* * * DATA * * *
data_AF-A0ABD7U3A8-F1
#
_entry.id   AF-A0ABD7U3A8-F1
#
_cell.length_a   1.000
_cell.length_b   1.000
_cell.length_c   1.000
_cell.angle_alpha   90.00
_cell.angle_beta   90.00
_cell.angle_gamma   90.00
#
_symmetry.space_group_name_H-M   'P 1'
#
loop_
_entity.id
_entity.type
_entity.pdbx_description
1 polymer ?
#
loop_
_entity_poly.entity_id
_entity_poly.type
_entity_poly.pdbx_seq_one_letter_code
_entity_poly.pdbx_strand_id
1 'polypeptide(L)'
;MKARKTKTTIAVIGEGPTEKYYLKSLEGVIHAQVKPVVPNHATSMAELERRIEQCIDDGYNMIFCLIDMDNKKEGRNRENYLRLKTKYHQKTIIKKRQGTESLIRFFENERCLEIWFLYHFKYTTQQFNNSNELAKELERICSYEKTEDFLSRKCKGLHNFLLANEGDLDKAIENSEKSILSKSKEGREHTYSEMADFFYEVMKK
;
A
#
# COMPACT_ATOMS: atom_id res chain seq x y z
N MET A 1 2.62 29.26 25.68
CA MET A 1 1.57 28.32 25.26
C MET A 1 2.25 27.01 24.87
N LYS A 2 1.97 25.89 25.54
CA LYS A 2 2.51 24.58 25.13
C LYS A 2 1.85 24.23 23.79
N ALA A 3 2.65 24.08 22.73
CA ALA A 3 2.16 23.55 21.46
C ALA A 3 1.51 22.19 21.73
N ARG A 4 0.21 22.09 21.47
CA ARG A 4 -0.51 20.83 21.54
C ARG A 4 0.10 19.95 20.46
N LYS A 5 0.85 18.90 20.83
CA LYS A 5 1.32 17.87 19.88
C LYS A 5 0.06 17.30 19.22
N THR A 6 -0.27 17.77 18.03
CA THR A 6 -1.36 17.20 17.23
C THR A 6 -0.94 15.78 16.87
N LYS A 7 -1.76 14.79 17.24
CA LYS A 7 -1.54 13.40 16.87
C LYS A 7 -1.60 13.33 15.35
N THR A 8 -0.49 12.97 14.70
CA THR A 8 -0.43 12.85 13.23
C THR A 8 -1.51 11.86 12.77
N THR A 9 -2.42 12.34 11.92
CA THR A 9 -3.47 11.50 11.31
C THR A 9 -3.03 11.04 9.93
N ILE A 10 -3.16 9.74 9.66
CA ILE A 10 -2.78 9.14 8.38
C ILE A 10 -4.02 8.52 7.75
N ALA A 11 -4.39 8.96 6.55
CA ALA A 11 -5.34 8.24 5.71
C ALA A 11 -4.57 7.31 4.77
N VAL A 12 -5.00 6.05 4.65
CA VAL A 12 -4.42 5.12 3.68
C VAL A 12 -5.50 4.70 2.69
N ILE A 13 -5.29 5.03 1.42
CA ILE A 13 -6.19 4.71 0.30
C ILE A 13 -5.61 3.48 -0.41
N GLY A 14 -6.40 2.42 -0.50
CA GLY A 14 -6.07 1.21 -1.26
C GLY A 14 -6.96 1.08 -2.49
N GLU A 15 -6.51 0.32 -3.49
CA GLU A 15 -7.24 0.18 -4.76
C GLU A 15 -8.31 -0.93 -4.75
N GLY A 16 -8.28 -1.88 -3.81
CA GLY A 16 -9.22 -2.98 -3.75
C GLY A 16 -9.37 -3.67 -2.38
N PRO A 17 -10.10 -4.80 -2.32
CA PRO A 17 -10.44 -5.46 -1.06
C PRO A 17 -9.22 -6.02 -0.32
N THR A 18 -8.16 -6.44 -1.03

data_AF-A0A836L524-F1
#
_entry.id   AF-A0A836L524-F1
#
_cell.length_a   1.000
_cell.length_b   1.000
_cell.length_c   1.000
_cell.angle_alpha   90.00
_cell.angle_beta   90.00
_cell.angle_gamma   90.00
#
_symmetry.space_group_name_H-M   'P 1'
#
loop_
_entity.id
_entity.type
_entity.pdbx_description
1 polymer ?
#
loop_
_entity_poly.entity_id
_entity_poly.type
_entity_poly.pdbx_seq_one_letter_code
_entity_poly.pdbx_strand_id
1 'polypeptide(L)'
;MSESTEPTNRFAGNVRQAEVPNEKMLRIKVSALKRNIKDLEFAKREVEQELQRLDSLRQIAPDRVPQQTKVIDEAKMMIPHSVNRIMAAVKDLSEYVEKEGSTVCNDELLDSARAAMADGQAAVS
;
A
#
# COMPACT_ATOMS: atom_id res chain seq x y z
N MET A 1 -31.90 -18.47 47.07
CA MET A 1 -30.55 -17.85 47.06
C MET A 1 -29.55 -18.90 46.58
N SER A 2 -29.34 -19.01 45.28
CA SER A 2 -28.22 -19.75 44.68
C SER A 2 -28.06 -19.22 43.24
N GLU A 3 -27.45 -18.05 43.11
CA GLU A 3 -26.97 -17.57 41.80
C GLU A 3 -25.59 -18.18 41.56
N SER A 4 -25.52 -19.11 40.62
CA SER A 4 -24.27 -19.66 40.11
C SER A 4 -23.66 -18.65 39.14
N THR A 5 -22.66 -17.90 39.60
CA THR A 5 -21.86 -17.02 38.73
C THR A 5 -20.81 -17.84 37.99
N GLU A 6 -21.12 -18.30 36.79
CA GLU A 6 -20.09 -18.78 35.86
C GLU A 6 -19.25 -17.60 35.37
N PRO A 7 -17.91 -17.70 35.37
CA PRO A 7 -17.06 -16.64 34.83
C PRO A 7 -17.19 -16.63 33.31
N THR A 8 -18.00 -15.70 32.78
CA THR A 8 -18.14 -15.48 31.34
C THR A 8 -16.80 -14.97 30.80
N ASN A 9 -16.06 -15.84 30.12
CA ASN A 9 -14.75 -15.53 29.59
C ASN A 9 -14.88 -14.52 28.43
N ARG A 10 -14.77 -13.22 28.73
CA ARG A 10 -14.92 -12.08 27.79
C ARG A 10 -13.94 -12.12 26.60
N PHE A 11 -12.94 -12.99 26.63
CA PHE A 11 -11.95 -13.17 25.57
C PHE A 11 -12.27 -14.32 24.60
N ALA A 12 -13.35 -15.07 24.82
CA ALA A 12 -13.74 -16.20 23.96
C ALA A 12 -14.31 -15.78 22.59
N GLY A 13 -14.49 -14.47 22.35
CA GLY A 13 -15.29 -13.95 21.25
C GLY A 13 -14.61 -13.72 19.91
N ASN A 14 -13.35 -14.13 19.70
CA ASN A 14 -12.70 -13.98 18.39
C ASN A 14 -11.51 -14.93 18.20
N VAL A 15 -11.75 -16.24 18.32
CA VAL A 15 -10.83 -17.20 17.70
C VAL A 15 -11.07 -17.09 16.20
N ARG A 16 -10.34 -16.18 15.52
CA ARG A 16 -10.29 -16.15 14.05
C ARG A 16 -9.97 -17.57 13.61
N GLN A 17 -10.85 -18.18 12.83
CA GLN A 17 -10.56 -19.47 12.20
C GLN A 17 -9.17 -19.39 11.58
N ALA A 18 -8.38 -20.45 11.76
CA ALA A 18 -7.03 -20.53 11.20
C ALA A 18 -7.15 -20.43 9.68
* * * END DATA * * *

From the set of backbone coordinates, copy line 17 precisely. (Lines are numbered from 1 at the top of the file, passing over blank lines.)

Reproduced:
_entity.pdbx_description